• heartburn, nausea, vomiting, diarrhea, loss of appetite.

This is not a complete list of side effects and others may occur. Call your doctor for medical advice about side effects. You may report side effects to FDA at 1-800-FDA-1088.

Aspirin, chlorpheniramine, and phenylephrine Dosing Information

Usual Adult Dose for Nasal Congestion:

ASA/chlorpheniramine/phenylephrine 325 mg-2 mg-7.8 mg oral tablet, effervescent:2 tablets dissolved in 4 ounces of water every 4 hours not to exceed 8 tablets daily.

Usual Pediatric Dose for Nasal Congestion:

ASA/chlorpheniramine/phenylephrine 325 mg-2 mg-7.8 mg oral tablet, effervescent:12 years or older: 2 tablets dissolved in 4 ounces of water every 4 hours not to exceed 8 tablets daily.

What other drugs will affect aspirin, chlorpheniramine, and phenylephrine?

Before using this medication, tell your doctor if you regularly use other medicines that make you sleepy (such as allergy medicine, sedatives, narcotic pain medicine, sleeping pills, muscle relaxers, and medicine for seizures, depression, or anxiety). They can add to sleepiness caused by chlorpheniramine.

Tell your doctor if you are taking an antidepressant such as citalopram (Celexa), duloxetine (Cymbalta), escitalopram (Lexapro), fluoxetine (Prozac, Sarafem, Symbyax), fluvoxamine (Luvox), paroxetine (Paxil), sertraline (Zoloft), or venlafaxine (Effexor). Taking any of these drugs with aspirin may cause you to bruise or bleed easily.

Tell your doctor about all other medications you use, especially:

  • a blood thinner such as warfarin (Coumadin);

  • gout medication such as probenecid (Benemid);

  • diabetes medication you take by mouth;

  • a barbiturate such as amobarbital (Amytal), butabarbital (Butisol), mephobarbital (Mebaral), secobarbital (Seconal), or phenobarbital (Luminal, Solfoton); or

  • another salicylate such as choline salicylate and/or magnesium salicylate (Magan, Doan's, Bayer Select Backache Pain Formula, Mobidin, Arthropan, Trilisate, Tricosal), or salsalate (Disalcid).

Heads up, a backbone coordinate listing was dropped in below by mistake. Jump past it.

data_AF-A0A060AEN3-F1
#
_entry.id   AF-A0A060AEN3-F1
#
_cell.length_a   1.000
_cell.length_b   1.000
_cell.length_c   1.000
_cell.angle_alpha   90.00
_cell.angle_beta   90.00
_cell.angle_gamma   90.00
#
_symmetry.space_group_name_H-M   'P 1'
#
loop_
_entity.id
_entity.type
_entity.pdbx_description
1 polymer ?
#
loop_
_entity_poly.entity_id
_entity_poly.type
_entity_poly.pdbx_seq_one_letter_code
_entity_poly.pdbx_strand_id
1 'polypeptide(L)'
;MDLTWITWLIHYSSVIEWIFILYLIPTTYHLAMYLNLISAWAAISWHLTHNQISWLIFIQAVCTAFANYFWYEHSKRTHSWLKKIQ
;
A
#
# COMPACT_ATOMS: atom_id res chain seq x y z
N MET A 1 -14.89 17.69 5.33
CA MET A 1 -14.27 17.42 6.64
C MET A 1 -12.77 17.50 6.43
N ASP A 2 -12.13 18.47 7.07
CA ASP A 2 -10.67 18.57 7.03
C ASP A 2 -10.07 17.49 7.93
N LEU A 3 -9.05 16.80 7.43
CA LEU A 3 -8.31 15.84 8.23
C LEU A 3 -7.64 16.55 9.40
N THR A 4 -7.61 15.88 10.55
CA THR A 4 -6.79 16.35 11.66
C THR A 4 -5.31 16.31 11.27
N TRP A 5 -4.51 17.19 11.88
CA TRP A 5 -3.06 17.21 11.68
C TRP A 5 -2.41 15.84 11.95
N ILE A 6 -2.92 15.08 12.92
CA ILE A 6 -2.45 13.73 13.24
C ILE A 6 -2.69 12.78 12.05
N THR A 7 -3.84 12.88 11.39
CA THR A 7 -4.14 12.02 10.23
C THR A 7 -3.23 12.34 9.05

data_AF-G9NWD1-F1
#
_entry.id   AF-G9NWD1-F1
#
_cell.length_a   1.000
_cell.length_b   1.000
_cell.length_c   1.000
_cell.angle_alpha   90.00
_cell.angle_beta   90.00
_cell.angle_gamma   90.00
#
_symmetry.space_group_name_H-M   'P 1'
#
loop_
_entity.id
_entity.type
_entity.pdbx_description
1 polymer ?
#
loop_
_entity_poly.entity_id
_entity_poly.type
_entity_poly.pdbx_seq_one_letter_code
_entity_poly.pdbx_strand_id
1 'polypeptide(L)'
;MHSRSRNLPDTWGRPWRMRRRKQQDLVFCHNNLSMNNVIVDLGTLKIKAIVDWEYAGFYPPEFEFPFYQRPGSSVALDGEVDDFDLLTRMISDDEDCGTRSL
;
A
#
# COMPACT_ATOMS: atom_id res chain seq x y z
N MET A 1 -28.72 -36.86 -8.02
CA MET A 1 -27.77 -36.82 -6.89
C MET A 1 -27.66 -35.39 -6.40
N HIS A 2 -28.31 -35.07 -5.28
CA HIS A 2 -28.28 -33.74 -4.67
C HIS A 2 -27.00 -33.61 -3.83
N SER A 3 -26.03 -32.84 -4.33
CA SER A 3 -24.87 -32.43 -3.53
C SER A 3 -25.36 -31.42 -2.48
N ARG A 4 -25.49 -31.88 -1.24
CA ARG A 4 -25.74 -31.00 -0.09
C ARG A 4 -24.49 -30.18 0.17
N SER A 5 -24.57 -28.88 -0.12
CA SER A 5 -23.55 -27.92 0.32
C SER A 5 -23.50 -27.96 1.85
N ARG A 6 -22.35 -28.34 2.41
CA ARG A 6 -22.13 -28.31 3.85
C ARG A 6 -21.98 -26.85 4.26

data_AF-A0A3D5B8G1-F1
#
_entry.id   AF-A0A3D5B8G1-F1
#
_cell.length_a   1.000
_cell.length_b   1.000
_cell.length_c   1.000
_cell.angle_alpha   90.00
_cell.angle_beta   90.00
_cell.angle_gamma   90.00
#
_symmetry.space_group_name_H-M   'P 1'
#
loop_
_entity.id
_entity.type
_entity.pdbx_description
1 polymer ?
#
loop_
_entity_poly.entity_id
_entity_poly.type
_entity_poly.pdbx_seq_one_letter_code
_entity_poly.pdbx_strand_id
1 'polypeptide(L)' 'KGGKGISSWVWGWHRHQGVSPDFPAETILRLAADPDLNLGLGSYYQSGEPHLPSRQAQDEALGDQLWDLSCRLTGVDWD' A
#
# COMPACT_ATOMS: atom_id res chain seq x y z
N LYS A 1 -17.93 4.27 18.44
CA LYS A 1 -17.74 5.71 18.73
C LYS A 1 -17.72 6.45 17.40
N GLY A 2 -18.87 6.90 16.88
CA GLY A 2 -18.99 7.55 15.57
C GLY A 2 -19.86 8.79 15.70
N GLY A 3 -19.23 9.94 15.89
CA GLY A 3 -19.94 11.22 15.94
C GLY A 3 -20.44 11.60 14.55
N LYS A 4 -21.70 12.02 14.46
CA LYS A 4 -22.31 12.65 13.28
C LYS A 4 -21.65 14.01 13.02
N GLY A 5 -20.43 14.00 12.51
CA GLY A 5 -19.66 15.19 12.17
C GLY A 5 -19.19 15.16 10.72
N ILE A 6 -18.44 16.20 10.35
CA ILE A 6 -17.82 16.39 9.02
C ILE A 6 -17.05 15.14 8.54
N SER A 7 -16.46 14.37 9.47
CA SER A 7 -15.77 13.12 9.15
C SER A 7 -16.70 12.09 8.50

This list is not complete and there may be other drugs that can interact with aspirin, chlorpheniramine, and phenylephrine. Tell your doctor about all the prescription and over-the-counter medications you use. This includes vitamins, minerals, herbal products, and drugs prescribed by other doctors. Do not start using a new medication without telling your doctor.

Where can I get more information?

  • Your pharmacist can provide more information about aspirin, chlorpheniramine, and phenylephrine.
  • Remember, keep this and all other medicines out of the reach of children, never share your medicines with others, and use this medication only for the indication prescribed.
  • Every effort has been made to ensure that the information provided by Cerner Multum, Inc. ('Multum') is accurate, up-to-date, and complete, but no guarantee is made to that effect. Drug information contained herein may be time sensitive. Multum information has been compiled for use by healthcare practitioners and consumers in the United States and therefore Multum does not warrant that uses outside of the United States are appropriate, unless specifically indicated otherwise. Multum's drug information does not endorse drugs, diagnose patients or recommend therapy. Multum's drug information is an informational resource designed to assist licensed healthcare practitioners in caring for their patients and/or to serve consumers viewing this service as a supplement to, and not a substitute for, the expertise, skill, knowledge and judgment of healthcare practitioners. The absence of a warning for a given drug or drug combination in no way should be construed to indicate that the drug or drug combination is safe, effective or appropriate for any given patient. Multum does not assume any responsibility for any aspect of healthcare administered with the aid of information Multum provides. The information contained herein is not intended to cover all possible uses, directions, precautions, warnings, drug interactions, allergic reactions, or adverse effects. If you have questions about the drugs you are taking, check with your doctor, nurse or pharmacist.
Copyright 1996-2006 Cerner Multum, Inc. Version: 1.01. Revision Date: 09/22/2009 12:00:12 PM.